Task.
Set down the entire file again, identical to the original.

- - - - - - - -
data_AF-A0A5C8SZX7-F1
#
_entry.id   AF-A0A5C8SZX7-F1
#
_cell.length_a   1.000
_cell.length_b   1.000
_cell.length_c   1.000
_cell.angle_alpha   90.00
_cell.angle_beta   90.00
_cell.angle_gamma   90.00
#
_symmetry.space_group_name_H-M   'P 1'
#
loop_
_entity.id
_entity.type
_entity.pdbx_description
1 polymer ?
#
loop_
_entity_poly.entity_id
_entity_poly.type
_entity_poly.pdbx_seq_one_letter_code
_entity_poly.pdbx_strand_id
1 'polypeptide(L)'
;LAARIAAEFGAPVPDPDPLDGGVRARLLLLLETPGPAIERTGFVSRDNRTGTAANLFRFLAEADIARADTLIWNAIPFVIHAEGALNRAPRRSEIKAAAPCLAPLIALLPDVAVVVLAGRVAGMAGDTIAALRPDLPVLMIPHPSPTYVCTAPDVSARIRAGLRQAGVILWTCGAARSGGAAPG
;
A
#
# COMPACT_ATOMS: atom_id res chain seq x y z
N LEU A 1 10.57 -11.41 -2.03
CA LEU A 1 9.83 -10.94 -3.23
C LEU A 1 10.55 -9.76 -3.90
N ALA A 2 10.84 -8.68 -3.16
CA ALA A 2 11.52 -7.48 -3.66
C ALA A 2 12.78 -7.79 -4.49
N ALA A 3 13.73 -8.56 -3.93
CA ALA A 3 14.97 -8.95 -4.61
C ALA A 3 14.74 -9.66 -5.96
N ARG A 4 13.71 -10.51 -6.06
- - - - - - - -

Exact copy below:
data_AF-A0A5C8SZX7-F1
#
_entry.id   AF-A0A5C8SZX7-F1
#
_cell.length_a   1.000
_cell.length_b   1.000
_cell.length_c   1.000
_cell.angle_alpha   90.00
_cell.angle_beta   90.00
_cell.angle_gamma   90.00
#
_symmetry.space_group_name_H-M   'P 1'
#
loop_
_entity.id
_entity.type
_entity.pdbx_description
1 polymer ?
#
loop_
_entity_poly.entity_id
_entity_poly.type
_entity_poly.pdbx_seq_one_letter_code
_entity_poly.pdbx_strand_id
1 'polypeptide(L)'
;LAARIAAEFGAPVPDPDPLDGGVRARLLLLLETPGPAIERTGFVSRDNRTGTAANLFRFLAEADIARADTLIWNAIPFVIHAEGALNRAPRRSEIKAAAPCLAPLIALLPDVAVVVLAGRVAGMAGDTIAALRPDLPVLMIPHPSPTYVCTAPDVSARIRAGLRQAGVILWTCGAARSGGAAPG
;
A
#
# COMPACT_ATOMS: atom_id res chain seq x y z
N LEU A 1 10.57 -11.41 -2.03
CA LEU A 1 9.83 -10.94 -3.23
C LEU A 1 10.55 -9.76 -3.90
N ALA A 2 10.84 -8.68 -3.16
CA ALA A 2 11.52 -7.48 -3.66
C ALA A 2 12.78 -7.79 -4.49
N ALA A 3 13.73 -8.56 -3.93
CA ALA A 3 14.97 -8.95 -4.61
C ALA A 3 14.74 -9.66 -5.96
N ARG A 4 13.71 -10.51 -6.06